Still another object of the invention is to provide a portable device for practice or transmission of code by persons having the use only of one hand, such as handicapped persons or persons who are otherwise occupied, such as in standing, sitting, walking, driving or other activities.
Yet another object of the invention is to enable telegraphic operators who may be deaf or blind to practice and transmit telegraphic code in the capacity of keyer operator.
A further object of the invention is to provide a self-contained telegraphic finger keyer usable in corrosive, aqueous or other adverse environments, such as under water during fresh or salt water diving, during cleaning of the interior of railroad tank cars, and similar circumstances.
These and other objects are obtained by use of a flexible material tubing fitting over the finger or thumb of the operator and containing on its outside a keyer mechanism sealed to the tubing in a hollow cavity. Contact points within the cavity are opposably disposed on parallel lengths of spring metal, each contact point being in electrical connection with feed wire lines forming a part of the code practice set or transceiver, which is conventional and forms no part of the novel features of the present invention. The digit on which the keyer is held is pressed against a solid object, such as a work surface, chair, steering wheel, another digit, or the like, causing the contact points to touch and closing an electrical circuit. As pressure is removed, the points separate, thereby opening the electrical circuit. Standard telegraphic signals, such as dots and dashes or Morse code, Naval code, and the like, can thereby be formed, enabling the operator to practice or transmit coded information.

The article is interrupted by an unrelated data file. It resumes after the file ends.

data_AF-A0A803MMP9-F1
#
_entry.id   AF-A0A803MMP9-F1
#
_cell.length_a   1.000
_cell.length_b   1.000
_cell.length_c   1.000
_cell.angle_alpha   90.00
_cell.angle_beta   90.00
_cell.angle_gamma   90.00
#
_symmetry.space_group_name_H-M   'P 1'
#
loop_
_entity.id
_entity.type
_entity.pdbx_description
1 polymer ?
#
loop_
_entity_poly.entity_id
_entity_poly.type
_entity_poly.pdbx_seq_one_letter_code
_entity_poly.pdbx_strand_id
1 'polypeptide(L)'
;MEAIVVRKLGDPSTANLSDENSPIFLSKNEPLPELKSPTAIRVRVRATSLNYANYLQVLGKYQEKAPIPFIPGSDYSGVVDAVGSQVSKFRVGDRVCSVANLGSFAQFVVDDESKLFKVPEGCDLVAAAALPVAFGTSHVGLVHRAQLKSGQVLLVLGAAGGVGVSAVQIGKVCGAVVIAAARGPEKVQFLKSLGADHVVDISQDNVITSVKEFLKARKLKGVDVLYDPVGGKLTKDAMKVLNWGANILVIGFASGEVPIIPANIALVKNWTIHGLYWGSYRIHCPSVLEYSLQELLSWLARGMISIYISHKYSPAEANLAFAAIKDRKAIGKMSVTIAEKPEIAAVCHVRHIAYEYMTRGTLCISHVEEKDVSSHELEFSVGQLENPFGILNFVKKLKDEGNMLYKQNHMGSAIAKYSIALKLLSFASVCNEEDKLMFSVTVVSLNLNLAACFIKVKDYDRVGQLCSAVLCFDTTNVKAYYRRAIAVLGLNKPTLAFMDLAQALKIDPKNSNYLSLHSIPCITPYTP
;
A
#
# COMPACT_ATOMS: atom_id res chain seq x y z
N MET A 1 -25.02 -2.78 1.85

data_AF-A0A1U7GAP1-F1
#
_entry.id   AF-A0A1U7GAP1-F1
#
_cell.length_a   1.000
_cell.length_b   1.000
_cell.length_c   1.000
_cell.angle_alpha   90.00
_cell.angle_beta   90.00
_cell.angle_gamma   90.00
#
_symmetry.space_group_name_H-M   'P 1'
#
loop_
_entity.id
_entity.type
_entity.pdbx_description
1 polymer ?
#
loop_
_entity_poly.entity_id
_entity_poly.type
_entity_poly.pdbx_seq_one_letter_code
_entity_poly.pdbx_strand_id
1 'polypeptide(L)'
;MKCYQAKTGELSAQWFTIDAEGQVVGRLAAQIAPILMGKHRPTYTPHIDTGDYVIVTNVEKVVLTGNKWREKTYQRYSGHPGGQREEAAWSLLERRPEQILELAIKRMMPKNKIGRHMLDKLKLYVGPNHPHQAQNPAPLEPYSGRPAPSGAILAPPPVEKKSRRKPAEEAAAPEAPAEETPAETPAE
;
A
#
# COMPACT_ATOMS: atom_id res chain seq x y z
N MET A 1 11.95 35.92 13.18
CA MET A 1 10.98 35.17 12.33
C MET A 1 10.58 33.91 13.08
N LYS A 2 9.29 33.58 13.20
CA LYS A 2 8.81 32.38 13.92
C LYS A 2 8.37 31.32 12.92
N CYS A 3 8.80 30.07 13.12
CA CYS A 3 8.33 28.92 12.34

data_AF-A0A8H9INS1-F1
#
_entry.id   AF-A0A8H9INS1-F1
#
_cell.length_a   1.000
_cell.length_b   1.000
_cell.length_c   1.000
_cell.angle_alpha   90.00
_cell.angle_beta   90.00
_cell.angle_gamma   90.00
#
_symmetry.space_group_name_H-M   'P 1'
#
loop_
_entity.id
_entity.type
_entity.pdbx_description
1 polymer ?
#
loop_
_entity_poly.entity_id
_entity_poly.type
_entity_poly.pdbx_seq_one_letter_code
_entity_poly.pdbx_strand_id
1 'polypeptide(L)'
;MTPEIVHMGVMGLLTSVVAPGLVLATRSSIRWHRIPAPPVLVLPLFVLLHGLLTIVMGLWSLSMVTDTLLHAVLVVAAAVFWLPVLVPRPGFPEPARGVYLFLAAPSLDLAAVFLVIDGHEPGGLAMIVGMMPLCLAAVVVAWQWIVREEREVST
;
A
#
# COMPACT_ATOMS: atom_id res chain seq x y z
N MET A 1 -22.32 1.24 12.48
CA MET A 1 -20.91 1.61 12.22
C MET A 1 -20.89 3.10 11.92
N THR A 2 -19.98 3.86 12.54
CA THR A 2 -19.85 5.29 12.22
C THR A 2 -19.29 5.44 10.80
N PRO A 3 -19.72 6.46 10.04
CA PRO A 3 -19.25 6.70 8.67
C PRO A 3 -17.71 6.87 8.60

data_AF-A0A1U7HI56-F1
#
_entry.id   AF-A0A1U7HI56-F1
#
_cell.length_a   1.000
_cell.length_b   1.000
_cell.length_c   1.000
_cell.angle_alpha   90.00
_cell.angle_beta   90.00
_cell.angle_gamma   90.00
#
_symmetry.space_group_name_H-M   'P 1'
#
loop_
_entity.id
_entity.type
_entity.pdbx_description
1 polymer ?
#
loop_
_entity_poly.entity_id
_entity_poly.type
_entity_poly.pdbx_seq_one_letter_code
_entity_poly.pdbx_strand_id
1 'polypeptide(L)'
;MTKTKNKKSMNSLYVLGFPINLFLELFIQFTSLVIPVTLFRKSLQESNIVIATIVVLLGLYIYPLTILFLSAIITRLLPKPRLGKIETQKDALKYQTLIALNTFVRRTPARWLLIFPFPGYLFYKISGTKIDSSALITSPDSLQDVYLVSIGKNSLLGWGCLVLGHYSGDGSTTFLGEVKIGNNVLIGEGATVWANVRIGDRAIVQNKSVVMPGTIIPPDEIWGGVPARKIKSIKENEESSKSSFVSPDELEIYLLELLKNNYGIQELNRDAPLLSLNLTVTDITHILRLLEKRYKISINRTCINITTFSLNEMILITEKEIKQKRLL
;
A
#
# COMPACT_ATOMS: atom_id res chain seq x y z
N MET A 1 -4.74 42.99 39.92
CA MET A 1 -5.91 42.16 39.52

These together with other objects and advantages which will become subsequently apparent reside in the details of construction and operation as more fully hereinafter described and claimed, reference being had to the accompanying drawings forming a part hereof, wherein like numerals refer to like parts throughout.
FIG. 1 is a bottom plan view of the finger keyer of the present invention, showing the flexible material inserted over an operator's digit, as well as the hollow cavity attached thereto and sealingly enclosing the keyer device shown in phantom.
FIG. 2 is a longitudinal sectional view of the device of FIG. 1, taken substantially upon a plane passing along section line 2--2 on FIG. 1.